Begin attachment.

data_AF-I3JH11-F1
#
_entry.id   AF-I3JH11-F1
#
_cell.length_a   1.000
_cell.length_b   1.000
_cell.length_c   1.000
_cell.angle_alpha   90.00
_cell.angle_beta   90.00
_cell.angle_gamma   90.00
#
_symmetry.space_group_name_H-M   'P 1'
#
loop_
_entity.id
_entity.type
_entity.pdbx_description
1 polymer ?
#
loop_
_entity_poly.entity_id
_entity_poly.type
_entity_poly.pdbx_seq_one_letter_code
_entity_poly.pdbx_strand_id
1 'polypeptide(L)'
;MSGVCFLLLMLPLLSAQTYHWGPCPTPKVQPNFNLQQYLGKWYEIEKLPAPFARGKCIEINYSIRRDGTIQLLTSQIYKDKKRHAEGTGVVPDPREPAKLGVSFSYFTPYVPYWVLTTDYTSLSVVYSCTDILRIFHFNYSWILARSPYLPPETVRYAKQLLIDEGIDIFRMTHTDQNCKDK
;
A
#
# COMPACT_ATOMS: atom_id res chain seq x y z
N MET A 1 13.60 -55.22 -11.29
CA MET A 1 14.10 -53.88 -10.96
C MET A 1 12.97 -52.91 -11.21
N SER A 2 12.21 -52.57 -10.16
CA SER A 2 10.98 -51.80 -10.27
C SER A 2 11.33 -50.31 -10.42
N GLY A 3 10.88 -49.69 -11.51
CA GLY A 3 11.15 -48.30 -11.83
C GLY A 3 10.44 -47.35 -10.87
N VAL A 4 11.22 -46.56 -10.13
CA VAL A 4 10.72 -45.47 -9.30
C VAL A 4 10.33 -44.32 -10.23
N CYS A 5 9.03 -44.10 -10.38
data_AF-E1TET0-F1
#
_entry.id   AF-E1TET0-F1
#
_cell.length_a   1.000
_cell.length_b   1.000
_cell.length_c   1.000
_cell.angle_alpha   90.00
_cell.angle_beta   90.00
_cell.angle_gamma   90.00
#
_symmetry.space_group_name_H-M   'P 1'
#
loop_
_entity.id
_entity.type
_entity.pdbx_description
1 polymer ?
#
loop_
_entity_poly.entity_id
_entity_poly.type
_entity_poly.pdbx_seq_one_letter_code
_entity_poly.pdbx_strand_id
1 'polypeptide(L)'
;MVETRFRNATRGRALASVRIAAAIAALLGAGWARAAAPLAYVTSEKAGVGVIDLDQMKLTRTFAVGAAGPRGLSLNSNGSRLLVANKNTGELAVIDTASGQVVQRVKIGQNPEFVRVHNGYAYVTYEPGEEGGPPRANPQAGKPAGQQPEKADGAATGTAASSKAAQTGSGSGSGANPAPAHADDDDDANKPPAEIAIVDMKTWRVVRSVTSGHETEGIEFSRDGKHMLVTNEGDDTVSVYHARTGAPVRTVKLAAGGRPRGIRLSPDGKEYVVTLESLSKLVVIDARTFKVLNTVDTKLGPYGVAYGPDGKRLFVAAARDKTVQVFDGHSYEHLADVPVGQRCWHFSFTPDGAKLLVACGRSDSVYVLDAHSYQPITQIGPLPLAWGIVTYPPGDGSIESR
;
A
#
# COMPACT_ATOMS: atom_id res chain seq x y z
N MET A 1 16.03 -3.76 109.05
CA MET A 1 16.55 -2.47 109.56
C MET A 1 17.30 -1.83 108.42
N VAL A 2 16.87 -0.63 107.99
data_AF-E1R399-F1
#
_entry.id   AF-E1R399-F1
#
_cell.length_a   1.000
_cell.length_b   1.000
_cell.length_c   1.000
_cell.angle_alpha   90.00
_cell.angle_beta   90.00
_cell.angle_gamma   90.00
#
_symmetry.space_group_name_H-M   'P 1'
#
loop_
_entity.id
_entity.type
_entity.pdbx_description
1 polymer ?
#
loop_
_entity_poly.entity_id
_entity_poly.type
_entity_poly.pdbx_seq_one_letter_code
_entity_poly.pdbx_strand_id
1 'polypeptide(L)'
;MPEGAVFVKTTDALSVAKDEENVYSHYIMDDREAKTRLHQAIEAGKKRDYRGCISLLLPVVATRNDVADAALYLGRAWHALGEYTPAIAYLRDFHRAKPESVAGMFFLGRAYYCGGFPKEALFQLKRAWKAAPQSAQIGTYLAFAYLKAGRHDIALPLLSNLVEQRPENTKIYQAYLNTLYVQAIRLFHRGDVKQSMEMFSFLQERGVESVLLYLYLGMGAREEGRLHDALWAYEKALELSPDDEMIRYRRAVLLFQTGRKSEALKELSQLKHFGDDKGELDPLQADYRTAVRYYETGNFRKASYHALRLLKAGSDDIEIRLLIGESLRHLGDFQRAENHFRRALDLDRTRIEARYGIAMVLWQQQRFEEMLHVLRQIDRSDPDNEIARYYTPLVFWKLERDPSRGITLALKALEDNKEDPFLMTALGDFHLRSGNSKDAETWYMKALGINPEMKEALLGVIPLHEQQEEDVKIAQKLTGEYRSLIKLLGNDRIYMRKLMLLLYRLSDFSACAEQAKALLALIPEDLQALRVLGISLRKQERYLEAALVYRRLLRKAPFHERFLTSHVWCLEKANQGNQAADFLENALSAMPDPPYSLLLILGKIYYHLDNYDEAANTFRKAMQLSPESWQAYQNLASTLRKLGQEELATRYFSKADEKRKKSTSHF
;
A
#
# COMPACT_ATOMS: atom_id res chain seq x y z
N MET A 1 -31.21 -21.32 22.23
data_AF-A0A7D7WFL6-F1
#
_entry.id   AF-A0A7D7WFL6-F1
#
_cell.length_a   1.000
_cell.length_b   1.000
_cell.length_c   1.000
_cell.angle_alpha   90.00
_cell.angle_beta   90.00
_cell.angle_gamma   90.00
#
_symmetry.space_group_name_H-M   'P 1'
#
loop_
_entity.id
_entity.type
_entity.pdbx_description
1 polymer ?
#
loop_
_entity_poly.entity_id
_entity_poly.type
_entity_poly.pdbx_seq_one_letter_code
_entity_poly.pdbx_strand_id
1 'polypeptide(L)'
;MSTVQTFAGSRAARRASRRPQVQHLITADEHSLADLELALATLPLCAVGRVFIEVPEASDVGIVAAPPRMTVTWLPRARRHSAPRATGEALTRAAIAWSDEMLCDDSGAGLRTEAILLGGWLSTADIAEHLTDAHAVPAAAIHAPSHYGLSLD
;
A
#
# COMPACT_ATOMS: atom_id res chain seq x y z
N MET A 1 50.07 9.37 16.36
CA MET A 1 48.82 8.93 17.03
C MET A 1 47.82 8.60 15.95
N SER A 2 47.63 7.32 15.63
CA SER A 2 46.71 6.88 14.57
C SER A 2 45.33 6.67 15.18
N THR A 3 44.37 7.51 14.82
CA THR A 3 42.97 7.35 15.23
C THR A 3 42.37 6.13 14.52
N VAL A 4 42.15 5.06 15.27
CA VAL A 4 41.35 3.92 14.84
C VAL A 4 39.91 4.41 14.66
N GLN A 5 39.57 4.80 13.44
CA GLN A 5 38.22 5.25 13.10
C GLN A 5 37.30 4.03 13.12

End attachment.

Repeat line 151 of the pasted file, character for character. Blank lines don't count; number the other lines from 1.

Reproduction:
N GLN A 5 39.57 4.80 13.44